Featured Research

from universities, journals, and other organizations

Trouble In Paradise? "Natural" Pest Control Requires Careful Planning, Science Authors Conclude

Date:
August 17, 2001
Source:
American Association For The Advancement Of Science
Summary:
Mixing exotic plants and animals with native species doesn’t always lead to a happy ending, especially in the tropical paradise of Kauai Island, Hawaii. Biocontrol—the introduction of real organisms to control pests—can lead to community-wide ecological harm if not planned carefully, researchers report 17 August 2001 in the international journal, Science.

Mixing exotic plants and animals with native species doesn’t always lead to a happy ending, especially in the tropical paradise of Kauai Island, Hawaii. Biocontrol—the introduction of real organisms to control pests—can lead to community-wide ecological harm if not planned carefully, researchers report 17 August 2001 in the international journal, Science.

Some agricultural experts, foresters and conservationists favor biocontrol over chemical solutions such as insecticides and pesticides to eradicate or maintain weeds, bugs, and sometimes disease. Yet, if not tested properly beforehand, in a community-wide context, introduced species can do more harm than the plant or animal they target, the new study suggests.

Jane Memmott and M. Laurie Henneman of the University of Bristol in the United Kingdom bring new scientific insights to the ongoing debate concerning widespread impacts of biocontrol.

The use of biocontrol to fight pests—and even invasive species, the second largest problem in biodiversity and conservation, next to habitat destruction—has clear environmental benefits, Memmott emphasized. But, she added, a biocontrol agent gone wild may have the potential to impose adversely cascading events in the food chain, either directly or indirectly.

Since 1945, Hawaii has had a history of non-native, or exotic species being purposefully introduced into the ecosystem. Memmott and Henneman wanted to examine, in a calculable way, the degree to which certain biocontrol species are interacting with native species. So, they constructed food webs of Hawaiian plants, butterflies and moths, and parasitoids.

The Lepidoptera (butterflies and moths) feed on the plants. Parasitoids, such as alien wasps, lay eggs on the bodies of Lepidoptera caterpillars, causing an early death before the parasite larvae metamorphose into winged insects. Researchers wanted to map out exactly “who eats what,” to keep track of the real impact of non-native species on the Hawaiian island of Kauai.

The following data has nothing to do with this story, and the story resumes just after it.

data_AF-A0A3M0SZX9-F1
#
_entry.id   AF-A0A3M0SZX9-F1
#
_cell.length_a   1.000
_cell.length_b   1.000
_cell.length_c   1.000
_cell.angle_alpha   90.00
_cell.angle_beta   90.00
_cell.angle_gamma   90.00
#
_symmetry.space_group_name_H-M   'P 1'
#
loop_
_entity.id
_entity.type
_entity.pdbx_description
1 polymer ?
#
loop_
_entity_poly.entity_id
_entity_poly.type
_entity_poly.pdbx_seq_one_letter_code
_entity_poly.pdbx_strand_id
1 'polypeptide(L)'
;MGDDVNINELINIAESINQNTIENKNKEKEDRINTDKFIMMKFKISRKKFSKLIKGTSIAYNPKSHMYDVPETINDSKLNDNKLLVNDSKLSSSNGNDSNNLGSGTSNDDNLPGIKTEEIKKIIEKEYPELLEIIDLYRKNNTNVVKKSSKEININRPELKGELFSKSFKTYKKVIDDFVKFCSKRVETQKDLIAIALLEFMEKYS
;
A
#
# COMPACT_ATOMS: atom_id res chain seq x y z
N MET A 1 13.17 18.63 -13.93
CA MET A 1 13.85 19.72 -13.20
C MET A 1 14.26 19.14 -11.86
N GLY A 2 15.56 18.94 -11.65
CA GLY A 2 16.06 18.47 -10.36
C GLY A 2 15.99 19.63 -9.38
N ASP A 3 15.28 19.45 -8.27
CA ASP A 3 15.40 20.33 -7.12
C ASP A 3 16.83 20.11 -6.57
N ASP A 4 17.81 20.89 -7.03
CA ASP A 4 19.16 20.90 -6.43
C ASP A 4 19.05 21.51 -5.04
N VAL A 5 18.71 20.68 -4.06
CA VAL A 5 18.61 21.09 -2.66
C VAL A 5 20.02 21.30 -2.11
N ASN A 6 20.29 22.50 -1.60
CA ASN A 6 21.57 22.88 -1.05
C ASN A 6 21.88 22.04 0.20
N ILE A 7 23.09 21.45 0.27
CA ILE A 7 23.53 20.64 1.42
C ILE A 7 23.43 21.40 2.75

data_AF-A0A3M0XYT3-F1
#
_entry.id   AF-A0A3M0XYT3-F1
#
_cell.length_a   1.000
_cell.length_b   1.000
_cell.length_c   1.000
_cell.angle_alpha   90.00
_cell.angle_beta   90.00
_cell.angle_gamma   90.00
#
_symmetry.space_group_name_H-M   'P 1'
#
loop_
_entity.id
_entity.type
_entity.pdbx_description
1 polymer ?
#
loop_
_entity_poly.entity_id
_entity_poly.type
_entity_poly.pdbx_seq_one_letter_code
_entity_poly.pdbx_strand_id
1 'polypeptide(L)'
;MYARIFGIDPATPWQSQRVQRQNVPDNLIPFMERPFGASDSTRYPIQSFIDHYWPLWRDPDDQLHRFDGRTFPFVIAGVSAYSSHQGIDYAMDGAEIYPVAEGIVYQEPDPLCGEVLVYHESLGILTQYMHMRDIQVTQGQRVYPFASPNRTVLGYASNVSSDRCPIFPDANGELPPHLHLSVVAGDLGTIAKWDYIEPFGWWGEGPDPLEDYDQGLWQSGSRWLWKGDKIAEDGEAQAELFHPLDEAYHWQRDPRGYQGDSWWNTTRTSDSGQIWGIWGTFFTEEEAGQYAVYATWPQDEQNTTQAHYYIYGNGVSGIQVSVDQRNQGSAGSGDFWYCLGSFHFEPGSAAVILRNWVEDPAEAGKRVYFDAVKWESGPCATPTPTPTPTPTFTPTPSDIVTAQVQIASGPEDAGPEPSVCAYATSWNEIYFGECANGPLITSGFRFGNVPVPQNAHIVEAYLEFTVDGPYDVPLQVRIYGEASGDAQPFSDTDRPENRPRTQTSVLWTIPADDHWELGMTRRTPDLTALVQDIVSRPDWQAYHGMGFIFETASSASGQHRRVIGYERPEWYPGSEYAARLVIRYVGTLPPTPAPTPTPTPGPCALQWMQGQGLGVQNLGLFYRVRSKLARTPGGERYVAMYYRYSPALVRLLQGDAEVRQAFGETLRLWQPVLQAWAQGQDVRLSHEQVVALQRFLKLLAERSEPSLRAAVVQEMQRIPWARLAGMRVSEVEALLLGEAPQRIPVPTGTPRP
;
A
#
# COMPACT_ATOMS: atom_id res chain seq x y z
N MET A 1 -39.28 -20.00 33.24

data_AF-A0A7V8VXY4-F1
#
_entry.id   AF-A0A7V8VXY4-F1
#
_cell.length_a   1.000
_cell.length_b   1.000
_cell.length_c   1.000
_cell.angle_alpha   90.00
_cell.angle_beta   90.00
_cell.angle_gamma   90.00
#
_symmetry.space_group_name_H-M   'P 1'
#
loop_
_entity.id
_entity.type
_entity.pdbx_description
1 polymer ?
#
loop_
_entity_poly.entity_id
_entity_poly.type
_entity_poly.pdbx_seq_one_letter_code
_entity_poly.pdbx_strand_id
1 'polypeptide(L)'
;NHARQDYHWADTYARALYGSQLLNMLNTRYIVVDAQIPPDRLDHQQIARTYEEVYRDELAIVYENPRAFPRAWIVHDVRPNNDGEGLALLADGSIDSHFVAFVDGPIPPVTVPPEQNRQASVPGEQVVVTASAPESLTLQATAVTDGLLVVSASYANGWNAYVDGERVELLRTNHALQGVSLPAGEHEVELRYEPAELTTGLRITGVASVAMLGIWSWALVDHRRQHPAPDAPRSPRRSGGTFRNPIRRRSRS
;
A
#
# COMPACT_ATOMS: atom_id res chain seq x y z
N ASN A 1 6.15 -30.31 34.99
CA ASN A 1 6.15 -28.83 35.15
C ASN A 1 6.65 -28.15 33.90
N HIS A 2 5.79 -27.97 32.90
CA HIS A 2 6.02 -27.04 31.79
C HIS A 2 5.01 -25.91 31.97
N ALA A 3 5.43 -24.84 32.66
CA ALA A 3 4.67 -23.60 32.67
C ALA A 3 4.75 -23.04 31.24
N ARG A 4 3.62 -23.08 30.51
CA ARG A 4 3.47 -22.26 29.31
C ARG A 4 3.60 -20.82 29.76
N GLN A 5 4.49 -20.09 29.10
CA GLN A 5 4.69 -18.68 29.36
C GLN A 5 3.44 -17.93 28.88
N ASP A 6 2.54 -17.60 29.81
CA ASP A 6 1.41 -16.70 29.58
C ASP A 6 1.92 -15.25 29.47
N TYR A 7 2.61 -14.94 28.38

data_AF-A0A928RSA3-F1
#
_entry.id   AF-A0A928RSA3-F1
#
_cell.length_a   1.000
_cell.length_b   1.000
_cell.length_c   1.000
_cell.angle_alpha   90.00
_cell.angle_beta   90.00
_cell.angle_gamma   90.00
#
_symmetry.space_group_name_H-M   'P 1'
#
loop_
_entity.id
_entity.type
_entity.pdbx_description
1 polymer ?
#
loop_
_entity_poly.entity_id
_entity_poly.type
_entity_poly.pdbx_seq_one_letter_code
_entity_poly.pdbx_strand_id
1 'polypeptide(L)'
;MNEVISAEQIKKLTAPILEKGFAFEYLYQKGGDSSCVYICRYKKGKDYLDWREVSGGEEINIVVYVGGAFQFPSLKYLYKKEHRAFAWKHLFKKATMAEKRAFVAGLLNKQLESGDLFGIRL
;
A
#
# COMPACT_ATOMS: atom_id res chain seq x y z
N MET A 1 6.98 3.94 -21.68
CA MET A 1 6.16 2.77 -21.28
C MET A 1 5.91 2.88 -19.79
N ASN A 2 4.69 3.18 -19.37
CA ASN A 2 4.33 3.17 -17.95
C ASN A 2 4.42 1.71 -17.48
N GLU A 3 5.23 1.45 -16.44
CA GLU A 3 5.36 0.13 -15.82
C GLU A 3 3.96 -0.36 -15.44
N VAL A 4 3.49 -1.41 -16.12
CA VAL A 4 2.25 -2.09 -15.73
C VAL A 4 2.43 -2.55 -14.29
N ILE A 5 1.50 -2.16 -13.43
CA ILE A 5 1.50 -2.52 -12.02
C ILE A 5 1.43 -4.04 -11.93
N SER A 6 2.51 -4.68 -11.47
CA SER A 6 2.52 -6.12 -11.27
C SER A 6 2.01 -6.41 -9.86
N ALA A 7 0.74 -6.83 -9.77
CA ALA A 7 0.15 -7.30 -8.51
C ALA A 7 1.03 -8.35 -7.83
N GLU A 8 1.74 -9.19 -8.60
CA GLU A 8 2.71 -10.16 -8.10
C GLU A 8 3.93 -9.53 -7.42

The food webs, which drew lines between the three members of the food web—plants, Lepidoptera and parasitoids—provide scientists with real numbers to draw conclusions about the proportions of organism types that depended on another for reproduction or food. These food webs allow ecologists to establish how much an alien parasitoid species has penetrated the food chain, and to predict the direct and indirect effects of biocontrol agents on species. These webs open up doors for more meaningful research to take place, according to the biologists.

Memmott and Henneman collected over 2,000 caterpillars, which they checked for parasitoids. Some 20 percent of the caterpillars died from parasitoid attacks, the majority of which were biological control agents people had introduced to fight pests. Accidentally introduced, or immigrant wasps, constituted the next most lethal group of parasites. Because native parasites only constituted three percent of all parasitoids, they were responsible for low levels of mortality, overall.

The food web approach to this ecological question still provides only a “snapshot” of the whole story, Memmott said, because the most vulnerable Lepidoptera species may have already disappeared from the radar screen. The low number of native parasitoids also presents a puzzle, because it is not known if the alien wasps out-competed the natives, or if the natives were already small in number.

“Some of the biocontrol agents released in early biocontrol programmes have left the agricultural habitats in which they were released, and turned to attacking native species,” Memmott noted. “However, no agents released post-1945 were found in the web, suggesting that biocontrol may be much safer today than in the past.”